Is “Adequacy” a Valid Concept?

Kansas is certainly not the only state to be sued by school districts unhappy with the amount of money they’re getting. The state of Washington, for example, is being sued for the third time.

Such lawsuits, says one observer of education policy, depend on four questionable assumptions:

1.     The state needs to spend more money on education, and doing so will improve academic achievement.
2.     The state is already spending current education dollars as efficiently and effectively as possible.
3.     The actual cost of educating every child in the state to standard can be determined and fixed.
4.     It is beneficial for judges and courts to order the legislature to make specific education policies.

I’d say that Kansas has similar problems.

On the question of “the actual cost,” the commentary has this to say:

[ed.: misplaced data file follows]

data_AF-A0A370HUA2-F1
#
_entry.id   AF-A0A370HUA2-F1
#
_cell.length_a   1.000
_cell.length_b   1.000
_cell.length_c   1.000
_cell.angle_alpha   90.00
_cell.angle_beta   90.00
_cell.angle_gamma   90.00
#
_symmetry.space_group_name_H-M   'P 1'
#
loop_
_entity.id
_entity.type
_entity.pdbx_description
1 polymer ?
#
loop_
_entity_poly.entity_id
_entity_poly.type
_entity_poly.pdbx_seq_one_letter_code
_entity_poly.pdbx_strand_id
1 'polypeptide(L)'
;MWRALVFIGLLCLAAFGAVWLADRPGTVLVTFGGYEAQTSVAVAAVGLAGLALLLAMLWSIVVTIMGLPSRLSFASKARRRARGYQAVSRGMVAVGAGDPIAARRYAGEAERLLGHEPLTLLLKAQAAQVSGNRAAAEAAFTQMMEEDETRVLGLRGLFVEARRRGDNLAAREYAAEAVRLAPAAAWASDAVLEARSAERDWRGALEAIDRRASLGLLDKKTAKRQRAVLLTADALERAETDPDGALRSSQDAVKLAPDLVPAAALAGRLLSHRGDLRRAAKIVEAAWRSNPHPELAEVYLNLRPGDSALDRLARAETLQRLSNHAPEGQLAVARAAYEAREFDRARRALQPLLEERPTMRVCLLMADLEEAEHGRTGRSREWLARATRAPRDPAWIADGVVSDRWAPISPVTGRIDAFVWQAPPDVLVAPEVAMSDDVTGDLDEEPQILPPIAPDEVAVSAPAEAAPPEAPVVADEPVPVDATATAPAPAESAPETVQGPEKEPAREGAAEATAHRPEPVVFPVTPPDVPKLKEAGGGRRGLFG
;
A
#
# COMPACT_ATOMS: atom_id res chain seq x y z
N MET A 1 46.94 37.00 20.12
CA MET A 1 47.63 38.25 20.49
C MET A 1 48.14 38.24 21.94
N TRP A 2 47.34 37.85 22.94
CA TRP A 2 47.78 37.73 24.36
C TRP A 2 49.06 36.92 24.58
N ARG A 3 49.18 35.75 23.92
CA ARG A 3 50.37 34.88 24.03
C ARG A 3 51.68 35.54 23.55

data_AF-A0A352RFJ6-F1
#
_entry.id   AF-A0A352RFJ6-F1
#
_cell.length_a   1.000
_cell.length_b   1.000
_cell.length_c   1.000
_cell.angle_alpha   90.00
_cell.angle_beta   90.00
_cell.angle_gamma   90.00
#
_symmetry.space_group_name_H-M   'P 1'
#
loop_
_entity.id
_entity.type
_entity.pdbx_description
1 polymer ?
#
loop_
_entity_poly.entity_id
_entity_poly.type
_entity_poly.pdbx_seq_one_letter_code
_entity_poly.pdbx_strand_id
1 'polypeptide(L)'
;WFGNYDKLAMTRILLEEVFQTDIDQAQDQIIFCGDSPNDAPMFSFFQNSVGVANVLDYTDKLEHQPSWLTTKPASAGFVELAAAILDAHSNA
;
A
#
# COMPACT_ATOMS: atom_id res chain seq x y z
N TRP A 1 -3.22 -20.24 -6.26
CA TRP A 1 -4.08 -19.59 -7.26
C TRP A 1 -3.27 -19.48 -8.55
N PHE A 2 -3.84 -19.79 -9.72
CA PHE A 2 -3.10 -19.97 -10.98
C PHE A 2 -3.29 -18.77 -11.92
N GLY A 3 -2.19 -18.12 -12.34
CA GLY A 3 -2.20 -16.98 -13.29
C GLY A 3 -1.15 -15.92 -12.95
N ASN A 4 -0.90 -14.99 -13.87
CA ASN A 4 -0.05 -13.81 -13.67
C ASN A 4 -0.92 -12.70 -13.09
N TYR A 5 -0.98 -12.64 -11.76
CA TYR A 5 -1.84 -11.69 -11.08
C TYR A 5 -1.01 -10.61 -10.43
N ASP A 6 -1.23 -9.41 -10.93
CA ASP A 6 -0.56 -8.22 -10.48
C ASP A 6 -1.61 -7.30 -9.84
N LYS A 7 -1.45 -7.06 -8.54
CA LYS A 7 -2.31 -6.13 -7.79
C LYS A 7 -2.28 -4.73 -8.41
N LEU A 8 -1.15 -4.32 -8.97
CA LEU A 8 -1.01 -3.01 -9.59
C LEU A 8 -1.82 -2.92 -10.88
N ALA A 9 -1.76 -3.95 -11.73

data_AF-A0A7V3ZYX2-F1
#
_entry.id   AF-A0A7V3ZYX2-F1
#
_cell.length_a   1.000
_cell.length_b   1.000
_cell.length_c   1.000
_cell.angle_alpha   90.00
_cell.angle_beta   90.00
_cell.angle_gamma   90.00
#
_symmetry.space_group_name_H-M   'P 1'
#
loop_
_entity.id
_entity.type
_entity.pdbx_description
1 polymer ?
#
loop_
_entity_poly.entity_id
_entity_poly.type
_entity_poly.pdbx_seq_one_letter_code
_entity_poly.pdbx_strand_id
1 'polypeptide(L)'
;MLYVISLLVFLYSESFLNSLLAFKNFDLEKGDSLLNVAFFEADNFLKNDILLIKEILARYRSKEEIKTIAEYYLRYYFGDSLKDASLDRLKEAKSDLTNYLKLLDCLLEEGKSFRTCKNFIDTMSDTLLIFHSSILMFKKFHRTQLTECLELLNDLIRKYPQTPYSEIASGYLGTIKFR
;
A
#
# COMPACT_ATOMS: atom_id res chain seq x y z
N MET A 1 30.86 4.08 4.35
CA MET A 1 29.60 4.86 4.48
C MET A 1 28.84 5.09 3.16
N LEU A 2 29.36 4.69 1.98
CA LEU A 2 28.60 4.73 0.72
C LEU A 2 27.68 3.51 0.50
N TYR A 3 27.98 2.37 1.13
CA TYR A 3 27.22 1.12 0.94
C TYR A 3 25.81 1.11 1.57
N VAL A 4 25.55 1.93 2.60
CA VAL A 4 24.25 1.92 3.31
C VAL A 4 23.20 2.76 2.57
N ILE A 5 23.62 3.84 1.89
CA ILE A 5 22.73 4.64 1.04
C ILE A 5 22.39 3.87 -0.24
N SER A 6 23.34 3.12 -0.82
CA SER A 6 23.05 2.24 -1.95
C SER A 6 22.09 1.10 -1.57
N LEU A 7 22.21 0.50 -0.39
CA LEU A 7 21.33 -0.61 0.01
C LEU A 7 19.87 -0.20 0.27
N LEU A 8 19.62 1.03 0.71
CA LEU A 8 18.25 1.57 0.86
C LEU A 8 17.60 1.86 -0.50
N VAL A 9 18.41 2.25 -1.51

In making its case against the state, the NEWS [school district] coalition points to the fact that not all students are passing the Washington Assessment of Student Learning (WASL). This, the plaintiffs argue, proves the constitution has been violated and the legislature is failing to provide all students a quality basic education.

NEWS is asking the court to order the legislature to determine the actual cost of bringing all students to standard, and then to pay that cost.

Unfortunately, this request may be impossible to fulfill. Determining what it costs to make sure every student masters basic education material has never been done, simply because there is no school in the nation that can guarantee 100 percent success with students. Students are unique and, yes, human. Many factors, including their own motivation and aptitude, impact their educational success, and these cannot all be controlled by policy.

No education system and no amount of money can guarantee equal outcomes. What they can do is provide equal opportunities, and those opportunities can be based on proven best practices showing what works well when it comes to meeting the needs of unique students.

The idea that a given level of performance can be guaranteed if only funding is “adequate” is folly.

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